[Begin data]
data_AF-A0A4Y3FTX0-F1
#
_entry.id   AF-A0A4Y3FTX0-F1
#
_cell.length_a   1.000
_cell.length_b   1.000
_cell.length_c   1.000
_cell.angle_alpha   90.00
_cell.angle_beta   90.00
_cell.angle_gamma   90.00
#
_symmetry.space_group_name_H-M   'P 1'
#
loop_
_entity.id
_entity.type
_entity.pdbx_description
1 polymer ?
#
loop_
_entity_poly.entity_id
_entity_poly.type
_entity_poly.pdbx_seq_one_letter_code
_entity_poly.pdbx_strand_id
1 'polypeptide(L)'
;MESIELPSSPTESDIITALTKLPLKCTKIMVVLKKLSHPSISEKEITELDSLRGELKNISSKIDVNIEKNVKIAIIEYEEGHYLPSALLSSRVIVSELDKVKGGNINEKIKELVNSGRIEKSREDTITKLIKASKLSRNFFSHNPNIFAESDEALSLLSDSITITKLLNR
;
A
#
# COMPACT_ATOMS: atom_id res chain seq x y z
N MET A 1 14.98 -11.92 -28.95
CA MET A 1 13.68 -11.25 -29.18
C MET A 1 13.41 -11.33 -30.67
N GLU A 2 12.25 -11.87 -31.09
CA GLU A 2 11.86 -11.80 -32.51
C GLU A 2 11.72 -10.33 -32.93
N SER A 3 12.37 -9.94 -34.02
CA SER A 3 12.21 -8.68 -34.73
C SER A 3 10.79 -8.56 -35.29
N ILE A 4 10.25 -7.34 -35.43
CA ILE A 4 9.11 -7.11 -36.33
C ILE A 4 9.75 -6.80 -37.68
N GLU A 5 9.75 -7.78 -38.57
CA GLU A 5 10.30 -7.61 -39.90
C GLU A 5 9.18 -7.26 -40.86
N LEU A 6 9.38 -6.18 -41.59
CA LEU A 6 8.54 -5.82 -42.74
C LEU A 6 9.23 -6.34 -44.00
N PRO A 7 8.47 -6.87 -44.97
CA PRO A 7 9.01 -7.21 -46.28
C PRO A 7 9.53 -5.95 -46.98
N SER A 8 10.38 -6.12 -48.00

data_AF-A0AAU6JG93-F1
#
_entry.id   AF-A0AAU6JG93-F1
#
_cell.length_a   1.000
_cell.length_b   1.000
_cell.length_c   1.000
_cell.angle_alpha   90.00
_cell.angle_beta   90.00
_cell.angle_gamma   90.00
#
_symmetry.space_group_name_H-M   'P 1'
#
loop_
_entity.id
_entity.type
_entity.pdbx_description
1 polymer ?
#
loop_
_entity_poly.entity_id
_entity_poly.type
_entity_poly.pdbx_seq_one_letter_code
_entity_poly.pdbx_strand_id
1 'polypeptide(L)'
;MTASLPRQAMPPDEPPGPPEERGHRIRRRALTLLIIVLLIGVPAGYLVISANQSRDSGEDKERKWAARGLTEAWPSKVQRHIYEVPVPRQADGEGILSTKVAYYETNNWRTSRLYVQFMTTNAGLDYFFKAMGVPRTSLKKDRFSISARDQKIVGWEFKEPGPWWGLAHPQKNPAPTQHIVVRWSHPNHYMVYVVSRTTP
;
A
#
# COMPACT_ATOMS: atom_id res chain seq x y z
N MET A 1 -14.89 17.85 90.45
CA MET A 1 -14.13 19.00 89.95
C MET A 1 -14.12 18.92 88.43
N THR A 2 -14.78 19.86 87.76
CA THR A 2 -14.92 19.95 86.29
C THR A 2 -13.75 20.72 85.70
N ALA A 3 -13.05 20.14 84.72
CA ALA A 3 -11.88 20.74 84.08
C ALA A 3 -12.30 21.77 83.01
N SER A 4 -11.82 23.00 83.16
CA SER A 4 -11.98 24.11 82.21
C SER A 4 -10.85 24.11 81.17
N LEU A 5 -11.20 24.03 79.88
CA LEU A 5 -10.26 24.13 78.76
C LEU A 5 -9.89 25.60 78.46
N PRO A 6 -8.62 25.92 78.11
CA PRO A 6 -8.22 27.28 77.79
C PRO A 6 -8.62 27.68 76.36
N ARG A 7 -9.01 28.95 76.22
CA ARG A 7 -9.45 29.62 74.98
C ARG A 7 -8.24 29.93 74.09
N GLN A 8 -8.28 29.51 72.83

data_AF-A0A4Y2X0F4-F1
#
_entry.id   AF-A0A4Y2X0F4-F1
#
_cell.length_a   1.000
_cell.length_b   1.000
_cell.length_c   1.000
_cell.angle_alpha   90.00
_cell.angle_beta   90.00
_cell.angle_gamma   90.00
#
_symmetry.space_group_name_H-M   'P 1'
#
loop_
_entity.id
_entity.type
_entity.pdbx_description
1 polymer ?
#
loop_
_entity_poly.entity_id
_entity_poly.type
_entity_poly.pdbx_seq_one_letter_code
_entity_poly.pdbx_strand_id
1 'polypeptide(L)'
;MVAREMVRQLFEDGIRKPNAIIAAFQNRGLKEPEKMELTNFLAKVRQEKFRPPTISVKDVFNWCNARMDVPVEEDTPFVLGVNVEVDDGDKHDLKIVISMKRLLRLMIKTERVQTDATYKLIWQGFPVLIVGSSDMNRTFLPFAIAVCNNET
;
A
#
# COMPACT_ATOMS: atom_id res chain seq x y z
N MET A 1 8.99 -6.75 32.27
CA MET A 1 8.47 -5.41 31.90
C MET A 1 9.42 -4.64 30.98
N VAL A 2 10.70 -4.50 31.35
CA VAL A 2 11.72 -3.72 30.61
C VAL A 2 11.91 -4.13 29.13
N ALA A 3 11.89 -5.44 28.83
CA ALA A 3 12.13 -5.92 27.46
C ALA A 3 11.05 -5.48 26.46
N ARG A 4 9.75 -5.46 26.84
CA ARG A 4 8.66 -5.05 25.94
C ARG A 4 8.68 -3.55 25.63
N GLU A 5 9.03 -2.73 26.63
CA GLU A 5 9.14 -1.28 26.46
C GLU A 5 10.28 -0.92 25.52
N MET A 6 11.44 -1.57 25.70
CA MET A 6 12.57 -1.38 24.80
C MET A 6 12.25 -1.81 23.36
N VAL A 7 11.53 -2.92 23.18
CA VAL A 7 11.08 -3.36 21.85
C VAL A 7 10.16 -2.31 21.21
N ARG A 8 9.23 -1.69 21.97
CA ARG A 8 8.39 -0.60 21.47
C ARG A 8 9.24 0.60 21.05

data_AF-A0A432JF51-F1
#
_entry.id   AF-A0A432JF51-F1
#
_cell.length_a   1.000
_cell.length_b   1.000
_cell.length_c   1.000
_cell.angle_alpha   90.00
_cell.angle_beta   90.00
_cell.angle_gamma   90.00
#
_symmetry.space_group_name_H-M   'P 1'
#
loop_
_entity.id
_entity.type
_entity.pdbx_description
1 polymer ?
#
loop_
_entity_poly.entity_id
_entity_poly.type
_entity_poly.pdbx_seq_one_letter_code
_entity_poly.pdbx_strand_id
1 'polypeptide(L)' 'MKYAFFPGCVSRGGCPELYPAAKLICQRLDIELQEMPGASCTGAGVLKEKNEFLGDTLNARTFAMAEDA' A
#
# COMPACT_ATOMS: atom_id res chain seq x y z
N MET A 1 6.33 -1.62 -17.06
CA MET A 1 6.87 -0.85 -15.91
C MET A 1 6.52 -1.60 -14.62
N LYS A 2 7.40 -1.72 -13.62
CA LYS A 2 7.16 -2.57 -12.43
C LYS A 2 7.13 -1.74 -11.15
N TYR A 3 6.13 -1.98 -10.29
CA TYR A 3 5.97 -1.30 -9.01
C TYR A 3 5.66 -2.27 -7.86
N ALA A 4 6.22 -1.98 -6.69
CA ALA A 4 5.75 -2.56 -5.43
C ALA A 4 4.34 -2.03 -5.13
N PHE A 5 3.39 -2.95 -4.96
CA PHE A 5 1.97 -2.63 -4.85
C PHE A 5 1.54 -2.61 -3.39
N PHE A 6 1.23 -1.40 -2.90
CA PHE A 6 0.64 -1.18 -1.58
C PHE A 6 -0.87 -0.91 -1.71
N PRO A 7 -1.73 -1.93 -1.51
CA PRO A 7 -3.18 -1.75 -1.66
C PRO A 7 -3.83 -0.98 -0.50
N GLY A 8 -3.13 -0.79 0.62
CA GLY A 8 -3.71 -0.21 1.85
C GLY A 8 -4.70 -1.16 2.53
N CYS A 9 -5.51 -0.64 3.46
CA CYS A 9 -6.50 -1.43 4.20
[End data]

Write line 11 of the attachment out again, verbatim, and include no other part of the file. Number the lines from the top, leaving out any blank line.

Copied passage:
#